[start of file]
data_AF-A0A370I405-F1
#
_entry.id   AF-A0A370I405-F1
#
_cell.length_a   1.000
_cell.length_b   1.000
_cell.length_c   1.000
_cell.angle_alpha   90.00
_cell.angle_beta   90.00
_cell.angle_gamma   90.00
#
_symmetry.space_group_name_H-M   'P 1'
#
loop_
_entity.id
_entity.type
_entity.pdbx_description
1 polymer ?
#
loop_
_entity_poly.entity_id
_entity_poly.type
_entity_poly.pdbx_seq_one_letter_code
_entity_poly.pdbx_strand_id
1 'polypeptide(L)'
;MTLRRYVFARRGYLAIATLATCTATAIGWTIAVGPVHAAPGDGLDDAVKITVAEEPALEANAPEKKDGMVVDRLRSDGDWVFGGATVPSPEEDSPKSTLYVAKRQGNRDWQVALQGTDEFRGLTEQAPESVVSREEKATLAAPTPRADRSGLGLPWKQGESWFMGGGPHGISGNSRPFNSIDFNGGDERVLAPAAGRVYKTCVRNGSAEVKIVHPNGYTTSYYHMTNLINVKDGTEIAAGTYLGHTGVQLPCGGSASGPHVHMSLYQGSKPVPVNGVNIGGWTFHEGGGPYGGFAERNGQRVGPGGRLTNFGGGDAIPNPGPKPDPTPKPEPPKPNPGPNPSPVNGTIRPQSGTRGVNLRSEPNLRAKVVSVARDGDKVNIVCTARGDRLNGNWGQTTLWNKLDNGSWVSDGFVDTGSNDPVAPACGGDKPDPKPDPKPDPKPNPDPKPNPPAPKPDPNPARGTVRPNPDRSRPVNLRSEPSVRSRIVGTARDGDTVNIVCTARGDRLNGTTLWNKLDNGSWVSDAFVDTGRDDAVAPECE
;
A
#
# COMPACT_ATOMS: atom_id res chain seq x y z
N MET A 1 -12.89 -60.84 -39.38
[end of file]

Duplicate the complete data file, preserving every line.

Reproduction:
data_AF-A0A370I405-F1
#
_entry.id   AF-A0A370I405-F1
#
_cell.length_a   1.000
_cell.length_b   1.000
_cell.length_c   1.000
_cell.angle_alpha   90.00
_cell.angle_beta   90.00
_cell.angle_gamma   90.00
#
_symmetry.space_group_name_H-M   'P 1'
#
loop_
_entity.id
_entity.type
_entity.pdbx_description
1 polymer ?
#
loop_
_entity_poly.entity_id
_entity_poly.type
_entity_poly.pdbx_seq_one_letter_code
_entity_poly.pdbx_strand_id
1 'polypeptide(L)'
;MTLRRYVFARRGYLAIATLATCTATAIGWTIAVGPVHAAPGDGLDDAVKITVAEEPALEANAPEKKDGMVVDRLRSDGDWVFGGATVPSPEEDSPKSTLYVAKRQGNRDWQVALQGTDEFRGLTEQAPESVVSREEKATLAAPTPRADRSGLGLPWKQGESWFMGGGPHGISGNSRPFNSIDFNGGDERVLAPAAGRVYKTCVRNGSAEVKIVHPNGYTTSYYHMTNLINVKDGTEIAAGTYLGHTGVQLPCGGSASGPHVHMSLYQGSKPVPVNGVNIGGWTFHEGGGPYGGFAERNGQRVGPGGRLTNFGGGDAIPNPGPKPDPTPKPEPPKPNPGPNPSPVNGTIRPQSGTRGVNLRSEPNLRAKVVSVARDGDKVNIVCTARGDRLNGNWGQTTLWNKLDNGSWVSDGFVDTGSNDPVAPACGGDKPDPKPDPKPDPKPNPDPKPNPPAPKPDPNPARGTVRPNPDRSRPVNLRSEPSVRSRIVGTARDGDTVNIVCTARGDRLNGTTLWNKLDNGSWVSDAFVDTGRDDAVAPECE
;
A
#
# COMPACT_ATOMS: atom_id res chain seq x y z
N MET A 1 -12.89 -60.84 -39.38